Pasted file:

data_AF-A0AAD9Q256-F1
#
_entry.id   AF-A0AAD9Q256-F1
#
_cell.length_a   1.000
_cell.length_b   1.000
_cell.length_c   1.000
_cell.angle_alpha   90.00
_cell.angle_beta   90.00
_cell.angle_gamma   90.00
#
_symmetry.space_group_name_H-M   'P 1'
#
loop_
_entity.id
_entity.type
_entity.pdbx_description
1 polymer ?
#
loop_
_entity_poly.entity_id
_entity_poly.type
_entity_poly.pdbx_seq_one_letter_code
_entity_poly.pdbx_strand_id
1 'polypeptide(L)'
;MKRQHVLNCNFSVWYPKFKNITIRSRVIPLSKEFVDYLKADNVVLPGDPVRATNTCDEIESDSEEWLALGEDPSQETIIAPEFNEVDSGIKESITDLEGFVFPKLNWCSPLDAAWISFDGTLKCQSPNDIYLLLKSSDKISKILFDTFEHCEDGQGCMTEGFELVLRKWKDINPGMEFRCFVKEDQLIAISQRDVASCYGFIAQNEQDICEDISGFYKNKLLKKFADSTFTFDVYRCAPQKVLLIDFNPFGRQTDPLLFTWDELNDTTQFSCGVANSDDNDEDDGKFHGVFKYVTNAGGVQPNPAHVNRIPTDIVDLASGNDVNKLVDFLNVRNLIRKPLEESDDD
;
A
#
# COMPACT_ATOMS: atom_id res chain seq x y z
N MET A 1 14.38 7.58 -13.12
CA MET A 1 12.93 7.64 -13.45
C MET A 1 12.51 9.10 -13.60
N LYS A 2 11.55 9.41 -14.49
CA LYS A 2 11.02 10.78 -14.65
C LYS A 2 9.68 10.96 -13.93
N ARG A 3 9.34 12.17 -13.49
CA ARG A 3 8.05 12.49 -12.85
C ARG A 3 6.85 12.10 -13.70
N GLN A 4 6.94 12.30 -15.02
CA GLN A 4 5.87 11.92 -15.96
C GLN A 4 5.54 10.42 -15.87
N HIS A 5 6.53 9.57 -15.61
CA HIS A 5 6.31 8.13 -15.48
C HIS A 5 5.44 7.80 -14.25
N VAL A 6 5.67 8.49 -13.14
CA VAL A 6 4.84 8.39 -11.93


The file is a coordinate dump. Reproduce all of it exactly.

data_AF-A0AAD9Q256-F1
#
_entry.id   AF-A0AAD9Q256-F1
#
_cell.length_a   1.000
_cell.length_b   1.000
_cell.length_c   1.000
_cell.angle_alpha   90.00
_cell.angle_beta   90.00
_cell.angle_gamma   90.00
#
_symmetry.space_group_name_H-M   'P 1'
#
loop_
_entity.id
_entity.type
_entity.pdbx_description
1 polymer ?
#
loop_
_entity_poly.entity_id
_entity_poly.type
_entity_poly.pdbx_seq_one_letter_code
_entity_poly.pdbx_strand_id
1 'polypeptide(L)'
;MKRQHVLNCNFSVWYPKFKNITIRSRVIPLSKEFVDYLKADNVVLPGDPVRATNTCDEIESDSEEWLALGEDPSQETIIAPEFNEVDSGIKESITDLEGFVFPKLNWCSPLDAAWISFDGTLKCQSPNDIYLLLKSSDKISKILFDTFEHCEDGQGCMTEGFELVLRKWKDINPGMEFRCFVKEDQLIAISQRDVASCYGFIAQNEQDICEDISGFYKNKLLKKFADSTFTFDVYRCAPQKVLLIDFNPFGRQTDPLLFTWDELNDTTQFSCGVANSDDNDEDDGKFHGVFKYVTNAGGVQPNPAHVNRIPTDIVDLASGNDVNKLVDFLNVRNLIRKPLEESDDD
;
A
#
# COMPACT_ATOMS: atom_id res chain seq x y z
N MET A 1 14.38 7.58 -13.12
CA MET A 1 12.93 7.64 -13.45
C MET A 1 12.51 9.10 -13.60
N LYS A 2 11.55 9.41 -14.49
CA LYS A 2 11.02 10.78 -14.65
C LYS A 2 9.68 10.96 -13.93
N ARG A 3 9.34 12.17 -13.49
CA ARG A 3 8.05 12.49 -12.85
C ARG A 3 6.85 12.10 -13.70
N GLN A 4 6.94 12.30 -15.02
CA GLN A 4 5.87 11.92 -15.96
C GLN A 4 5.54 10.42 -15.87
N HIS A 5 6.53 9.57 -15.61
CA HIS A 5 6.31 8.13 -15.48
C HIS A 5 5.44 7.80 -14.25
N VAL A 6 5.67 8.49 -13.14
CA VAL A 6 4.84 8.39 -11.93